We have now sketched how a perfectly competitive economy distributes total product among the different factors in a simplified world. We have been observing how hardheaded competition works under simple neoclassical conditions.

People naturally ask, Do people get their just rewards under market capitalism? We might as well ask whether animals get their fair food supplies in the jungle. Just as the jungle has its laws without regard to right or wrong, so does the competitive market have its brute facts of income distribution.

Is there an invisible hand in the marketplace that ensures that the most deserving people will obtain their just rewards? Or that those who toil long hours or nights and weekends or in tedious or dangerous work will receive a decent standard of living? No. In fact. competitive markets do not guarantee that income and consumption will necessarily go to the neediest or most deserving. Malaise afire competition ‘ might lead to massive inequality, to malnourished children who grow up to produce more malnourished children, and to the perpetuation of inequality of income~ and wealth for generation after generation.

The rich may get richer as the poor get poorer. In a market economy, the distribution of in- . come and consumption reflects hard work. ingenuity. and cunning. along with initial endowments of inherited wealth and a variety of factors such as race, gender. location. effort, health, and luck.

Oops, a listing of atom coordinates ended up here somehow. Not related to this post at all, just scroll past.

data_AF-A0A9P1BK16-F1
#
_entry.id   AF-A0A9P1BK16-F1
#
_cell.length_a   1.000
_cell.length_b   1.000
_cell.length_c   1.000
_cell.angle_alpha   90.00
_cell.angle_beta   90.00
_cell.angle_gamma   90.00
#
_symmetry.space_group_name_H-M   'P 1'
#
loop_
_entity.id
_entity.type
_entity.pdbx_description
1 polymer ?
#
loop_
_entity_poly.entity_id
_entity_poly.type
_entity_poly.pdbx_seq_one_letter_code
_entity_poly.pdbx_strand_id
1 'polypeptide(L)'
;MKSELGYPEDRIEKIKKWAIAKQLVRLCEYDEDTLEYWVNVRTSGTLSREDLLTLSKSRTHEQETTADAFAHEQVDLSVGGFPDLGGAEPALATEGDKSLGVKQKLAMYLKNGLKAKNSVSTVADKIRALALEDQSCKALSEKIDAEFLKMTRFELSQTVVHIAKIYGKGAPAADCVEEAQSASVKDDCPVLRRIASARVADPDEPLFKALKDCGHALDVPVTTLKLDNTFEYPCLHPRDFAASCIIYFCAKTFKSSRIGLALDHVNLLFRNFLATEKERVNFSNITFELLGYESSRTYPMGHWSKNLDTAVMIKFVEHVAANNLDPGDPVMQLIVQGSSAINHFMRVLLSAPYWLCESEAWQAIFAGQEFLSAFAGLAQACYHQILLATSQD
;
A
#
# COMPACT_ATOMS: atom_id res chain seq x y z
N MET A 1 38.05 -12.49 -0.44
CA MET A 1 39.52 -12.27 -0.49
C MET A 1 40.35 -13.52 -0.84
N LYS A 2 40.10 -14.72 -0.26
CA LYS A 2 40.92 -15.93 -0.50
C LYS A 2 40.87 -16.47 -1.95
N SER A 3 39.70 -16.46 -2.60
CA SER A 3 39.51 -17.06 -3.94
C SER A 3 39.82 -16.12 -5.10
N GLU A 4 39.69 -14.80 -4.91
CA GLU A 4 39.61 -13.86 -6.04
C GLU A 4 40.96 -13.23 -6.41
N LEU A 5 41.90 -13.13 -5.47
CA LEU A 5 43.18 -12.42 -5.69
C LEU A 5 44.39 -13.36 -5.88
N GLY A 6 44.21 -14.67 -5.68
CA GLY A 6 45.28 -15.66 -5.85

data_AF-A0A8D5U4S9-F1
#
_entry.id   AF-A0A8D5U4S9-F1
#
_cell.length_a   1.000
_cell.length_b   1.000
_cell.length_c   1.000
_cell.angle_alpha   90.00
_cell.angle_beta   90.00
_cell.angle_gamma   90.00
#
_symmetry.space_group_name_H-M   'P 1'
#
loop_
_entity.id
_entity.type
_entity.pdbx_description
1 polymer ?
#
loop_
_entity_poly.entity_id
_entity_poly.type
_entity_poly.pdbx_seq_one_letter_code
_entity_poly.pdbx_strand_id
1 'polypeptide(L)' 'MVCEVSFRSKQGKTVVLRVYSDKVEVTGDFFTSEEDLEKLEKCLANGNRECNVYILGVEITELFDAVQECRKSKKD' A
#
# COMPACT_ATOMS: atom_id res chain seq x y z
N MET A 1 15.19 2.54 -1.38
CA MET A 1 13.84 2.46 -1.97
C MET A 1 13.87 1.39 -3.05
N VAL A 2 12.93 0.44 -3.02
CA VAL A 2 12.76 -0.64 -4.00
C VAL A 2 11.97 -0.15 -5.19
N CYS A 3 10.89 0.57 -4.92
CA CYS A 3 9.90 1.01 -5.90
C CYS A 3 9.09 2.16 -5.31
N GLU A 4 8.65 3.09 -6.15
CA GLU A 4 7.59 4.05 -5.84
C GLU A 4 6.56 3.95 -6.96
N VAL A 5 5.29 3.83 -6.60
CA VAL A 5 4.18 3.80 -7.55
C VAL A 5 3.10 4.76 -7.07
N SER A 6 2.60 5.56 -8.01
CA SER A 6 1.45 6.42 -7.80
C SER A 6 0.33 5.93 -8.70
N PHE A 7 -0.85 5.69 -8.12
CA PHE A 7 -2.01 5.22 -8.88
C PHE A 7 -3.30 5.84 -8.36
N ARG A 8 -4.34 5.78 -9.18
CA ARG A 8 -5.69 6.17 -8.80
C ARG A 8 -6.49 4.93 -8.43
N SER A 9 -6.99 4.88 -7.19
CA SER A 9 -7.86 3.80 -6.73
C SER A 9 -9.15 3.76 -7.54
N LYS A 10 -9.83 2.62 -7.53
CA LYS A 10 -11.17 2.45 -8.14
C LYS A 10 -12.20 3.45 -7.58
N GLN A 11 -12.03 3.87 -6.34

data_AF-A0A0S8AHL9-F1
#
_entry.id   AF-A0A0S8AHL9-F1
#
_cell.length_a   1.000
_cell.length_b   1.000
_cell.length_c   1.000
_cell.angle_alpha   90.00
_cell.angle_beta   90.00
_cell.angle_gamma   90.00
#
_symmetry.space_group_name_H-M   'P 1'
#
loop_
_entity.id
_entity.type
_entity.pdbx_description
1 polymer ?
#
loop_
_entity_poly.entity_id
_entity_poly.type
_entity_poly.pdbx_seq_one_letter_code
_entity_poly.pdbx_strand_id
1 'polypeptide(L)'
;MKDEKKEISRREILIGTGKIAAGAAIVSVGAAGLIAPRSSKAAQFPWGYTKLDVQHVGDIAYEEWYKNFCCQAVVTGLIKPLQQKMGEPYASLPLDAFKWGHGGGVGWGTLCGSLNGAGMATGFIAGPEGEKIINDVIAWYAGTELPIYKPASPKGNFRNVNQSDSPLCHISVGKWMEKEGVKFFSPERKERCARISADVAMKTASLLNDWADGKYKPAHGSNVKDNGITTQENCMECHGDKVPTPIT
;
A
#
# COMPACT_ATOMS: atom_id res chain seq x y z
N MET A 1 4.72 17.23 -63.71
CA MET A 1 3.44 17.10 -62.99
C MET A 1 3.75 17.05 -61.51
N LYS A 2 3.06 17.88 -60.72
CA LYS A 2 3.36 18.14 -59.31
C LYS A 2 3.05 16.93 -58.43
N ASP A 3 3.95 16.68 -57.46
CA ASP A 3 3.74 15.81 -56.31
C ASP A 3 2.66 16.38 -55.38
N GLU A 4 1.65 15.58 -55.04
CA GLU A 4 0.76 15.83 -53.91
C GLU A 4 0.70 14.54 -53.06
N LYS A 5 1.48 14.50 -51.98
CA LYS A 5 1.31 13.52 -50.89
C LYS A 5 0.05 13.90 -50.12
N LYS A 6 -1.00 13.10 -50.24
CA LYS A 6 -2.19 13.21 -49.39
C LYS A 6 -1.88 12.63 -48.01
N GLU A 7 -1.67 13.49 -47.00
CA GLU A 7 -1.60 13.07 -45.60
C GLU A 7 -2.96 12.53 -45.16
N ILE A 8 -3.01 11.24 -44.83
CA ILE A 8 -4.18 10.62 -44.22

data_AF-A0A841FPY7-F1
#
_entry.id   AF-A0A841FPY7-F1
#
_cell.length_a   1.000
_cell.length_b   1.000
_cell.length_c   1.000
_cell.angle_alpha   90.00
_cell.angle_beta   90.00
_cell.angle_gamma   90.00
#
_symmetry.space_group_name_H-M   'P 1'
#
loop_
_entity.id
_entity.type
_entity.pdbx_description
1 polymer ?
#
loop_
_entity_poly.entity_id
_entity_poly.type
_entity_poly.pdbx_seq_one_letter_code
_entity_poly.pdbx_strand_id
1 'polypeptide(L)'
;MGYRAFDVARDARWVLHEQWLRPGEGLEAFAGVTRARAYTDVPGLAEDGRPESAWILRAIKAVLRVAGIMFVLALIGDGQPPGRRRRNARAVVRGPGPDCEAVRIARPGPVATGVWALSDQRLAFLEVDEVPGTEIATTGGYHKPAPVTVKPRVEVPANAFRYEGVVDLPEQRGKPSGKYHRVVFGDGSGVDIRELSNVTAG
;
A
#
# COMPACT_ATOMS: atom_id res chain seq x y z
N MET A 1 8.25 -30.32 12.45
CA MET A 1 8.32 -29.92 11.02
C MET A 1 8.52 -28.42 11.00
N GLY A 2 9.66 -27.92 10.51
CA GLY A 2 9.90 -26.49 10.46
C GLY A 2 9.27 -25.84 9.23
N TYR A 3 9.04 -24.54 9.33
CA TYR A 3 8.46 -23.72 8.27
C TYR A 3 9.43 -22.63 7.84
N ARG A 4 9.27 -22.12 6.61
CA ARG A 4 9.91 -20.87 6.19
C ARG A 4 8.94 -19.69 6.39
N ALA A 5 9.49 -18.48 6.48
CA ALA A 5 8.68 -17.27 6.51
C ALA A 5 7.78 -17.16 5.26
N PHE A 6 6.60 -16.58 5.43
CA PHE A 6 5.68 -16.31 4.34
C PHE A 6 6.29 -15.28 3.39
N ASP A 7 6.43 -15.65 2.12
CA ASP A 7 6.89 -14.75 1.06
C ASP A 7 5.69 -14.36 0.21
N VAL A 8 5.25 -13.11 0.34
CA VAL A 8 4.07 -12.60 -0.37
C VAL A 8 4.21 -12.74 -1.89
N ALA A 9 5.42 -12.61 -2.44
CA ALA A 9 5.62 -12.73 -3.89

Those who tout the wonders of the: market point to the major gains in efficiency that have come with the deregulation, privatization, reduced trade barriers, and decline in unions over the last two decades. But movement outward greater marker competition has been accompanied b) of incomes in countries as different as III, United States, Sweden, and Russia, In many “winner-take-all” markets. the rewards have gone predominantly to a tin}’ group of superstars who won patents, lawsuits, elections, software contests, or athletic races by a hair’s breadth. ‘””hill’ the market call work wonders in Producing a growing of J,sandstone services in the most efficient manner, there i~ no invisible hand which ensures that a economy will produce a fair and equitable distribution of income aim property.

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